Marie Curie: The First Woman Nobel Laureate, Her Husband & Daughters
The Nobel Prize has been awarded for Physics, Chemistry, Literature, Peace, and Physiology or Medicine. The Bank of Sweden more recently has been awarding a non-official, but associated, Nobel memorial prize for Economics. The first five prizes were instituted by the Swedish scientist Alfred Nobel through his Will in 1895; they were first awarded in 1901. The prize for economics, The Sveriges Riksbank Prize in Economic Sciences in Memory of Alfred Nobel, was instituted by Sweden's central bank in 1968. The first prize in economics was awarded in 1969. All six prizes are widely regarded as the supreme commendations in their subject areas. With the exception of the peace prize, which is handed out in Oslo, Norway, they are all handed out in Stockholm at an annual ceremony on December 10, the anniversary of Nobel's death.
First Women Nobel Laureates:
In 1903 only two years after the Nobel Foundation was established, a Nobel Prize was awarded to a woman, Marie Curie, for the first time. Women have been winning Nobel Prizes ever since. She was the first person ever to receive two Nobel prizes: the first in 1903 in physics, shared with Pierre Curie, her husband and Henri Becquerel for the discovery of the phenomenon of radioactivity; and the second in 1911 in chemistry for the discovery of the radioactive elements polonium and radium
Marie Curie, earlier known as Maria Sklodowska, was born in Warsaw on November 7, 1867; both her parents were teachers who believed deeply in the importance of education. Marie had her first lessons in physics and chemistry from her father. She received a general education in local schools and some scientific training from her father. She became involved in a students' revolutionary organization and found it prudent to leave Warsaw, then in the part of Poland dominated by Russia, for Cracow, which at that time was under Austrian rule. In 1891, she went to Paris to continue her studies at the Sorbonne where she obtained degree in Physics and the Mathematical Sciences. She met Pierre Curie, Professor in the School of Physics in 1894 and in the following year they were married. She succeeded her husband as Head of the Physics Laboratory at the Sorbonne, gained her Doctor of Science degree in 1903, and following the tragic death of Pierre Curie in 1906, she took his place as Professor of General Physics in the Faculty of Sciences, the first time a woman had held this position. She was also appointed as Director of the Curie Laboratory in the Radium Institute of the University of Paris, founded in 1914. Marie Curie died in Savoy, France, on July 4, 1934.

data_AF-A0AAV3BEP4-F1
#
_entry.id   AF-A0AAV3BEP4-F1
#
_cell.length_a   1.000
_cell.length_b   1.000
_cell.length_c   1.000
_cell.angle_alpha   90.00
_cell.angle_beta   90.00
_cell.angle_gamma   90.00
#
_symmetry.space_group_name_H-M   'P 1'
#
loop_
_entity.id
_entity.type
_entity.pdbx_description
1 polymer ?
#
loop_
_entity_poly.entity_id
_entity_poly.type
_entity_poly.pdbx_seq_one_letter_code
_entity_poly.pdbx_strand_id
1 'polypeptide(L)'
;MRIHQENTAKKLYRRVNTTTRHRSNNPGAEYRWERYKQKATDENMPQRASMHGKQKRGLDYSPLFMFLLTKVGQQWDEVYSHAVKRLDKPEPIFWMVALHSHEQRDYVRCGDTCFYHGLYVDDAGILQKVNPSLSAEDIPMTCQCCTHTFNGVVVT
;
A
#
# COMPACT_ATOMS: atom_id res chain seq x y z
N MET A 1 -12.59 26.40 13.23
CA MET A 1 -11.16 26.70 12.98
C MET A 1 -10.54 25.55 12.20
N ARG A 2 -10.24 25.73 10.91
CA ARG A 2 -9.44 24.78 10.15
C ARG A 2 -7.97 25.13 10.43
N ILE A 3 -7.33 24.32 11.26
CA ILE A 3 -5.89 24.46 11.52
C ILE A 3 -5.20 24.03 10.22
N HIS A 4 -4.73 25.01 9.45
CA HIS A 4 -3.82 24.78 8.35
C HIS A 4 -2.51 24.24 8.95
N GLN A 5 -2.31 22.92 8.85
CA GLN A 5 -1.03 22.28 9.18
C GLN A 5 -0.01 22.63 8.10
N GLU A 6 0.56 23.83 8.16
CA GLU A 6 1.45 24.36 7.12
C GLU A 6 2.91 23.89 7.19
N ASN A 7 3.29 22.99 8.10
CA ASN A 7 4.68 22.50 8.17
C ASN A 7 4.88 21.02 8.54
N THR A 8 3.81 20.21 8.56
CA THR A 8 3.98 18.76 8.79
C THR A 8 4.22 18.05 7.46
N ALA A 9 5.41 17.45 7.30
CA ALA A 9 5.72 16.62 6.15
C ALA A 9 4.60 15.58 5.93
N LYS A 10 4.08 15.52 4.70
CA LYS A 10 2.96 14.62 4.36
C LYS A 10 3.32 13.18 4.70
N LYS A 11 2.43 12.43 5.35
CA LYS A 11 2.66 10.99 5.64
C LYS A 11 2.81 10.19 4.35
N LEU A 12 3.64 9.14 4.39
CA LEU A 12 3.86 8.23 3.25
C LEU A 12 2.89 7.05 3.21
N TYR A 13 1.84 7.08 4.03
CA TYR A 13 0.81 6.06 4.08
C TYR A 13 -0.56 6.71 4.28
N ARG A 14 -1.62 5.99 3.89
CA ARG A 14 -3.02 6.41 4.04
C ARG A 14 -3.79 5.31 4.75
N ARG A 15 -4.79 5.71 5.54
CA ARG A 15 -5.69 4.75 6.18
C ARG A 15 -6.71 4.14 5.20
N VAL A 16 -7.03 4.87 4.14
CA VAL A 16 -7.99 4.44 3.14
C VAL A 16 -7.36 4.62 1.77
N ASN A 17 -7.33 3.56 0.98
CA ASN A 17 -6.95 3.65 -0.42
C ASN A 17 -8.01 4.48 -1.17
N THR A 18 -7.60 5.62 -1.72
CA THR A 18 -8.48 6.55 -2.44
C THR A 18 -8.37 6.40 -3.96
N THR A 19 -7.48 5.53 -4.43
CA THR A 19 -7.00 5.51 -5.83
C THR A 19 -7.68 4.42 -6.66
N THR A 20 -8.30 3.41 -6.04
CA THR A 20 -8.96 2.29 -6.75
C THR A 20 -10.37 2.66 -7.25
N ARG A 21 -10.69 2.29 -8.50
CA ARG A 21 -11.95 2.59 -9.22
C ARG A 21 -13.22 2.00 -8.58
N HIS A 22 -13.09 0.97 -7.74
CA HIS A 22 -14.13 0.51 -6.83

Marie Curie was the first:
1. To use the term radioactivity for this phenomenon.
2. To win a Nobel Prize for Physics, for the discovery of radioactivity (1903).
3. Female lecturer and professor at the Sorbonne University in Paris (1906).
4. To receive two Nobel Prizes.
Mother-Nobel Prize Laureate of daughter-Nobel Prize Laureate. Her oldest daughter Irene Joliot-Curie also won a Nobel Prize for Chemistry (1935).
Nobel Prize in Physics - 1903
In 1903, Marie and Husband Pierre Curie were awarded half the Nobel Prize in Physics. The citation was, "in recognition of the extraordinary services they have rendered by their joint researches on the radiation phenomena discovered by Professor Henri Becquerel." Henri Becquerel was awarded the other half for his discovery of spontaneous radioactivity.
Her Two Daughters:
In the midst of her busy scientific career Marie raised two daughters Irene in 1897 & Eve Curie in 1904.The Curies' elder daughter Irene Curie (1897-1956) was also a gifted chemist. She shared a Nobel Prize with her husband, Frederick Joliot. Irène Joliot-Curie won a Nobel Prize for Chemistry in 1935 for discovering that aluminum could be radioactive and emit neutrons when bombarded with alpha rays.
The younger daughter, Ève Curie (born on December 6, 1904) is a French author and writer. She was an accomplished pianist and gave a number of concerts in Europe. Later she would turn her talents to writing, lecturing, and international advocacy on behalf of Free France during World War II. During the 1950s and 1960s, Eve worked for the North Atlantic Treaty Organization (NATO) and for the United Nations 'Children' Fund in Greece. Following her mother's death, Eve Curie turned her talents to writing, and decided to write a biography about her famous mother and wrote an acclaimed biography of her mother, Madame Curie.
(Student of DU) Source: Internet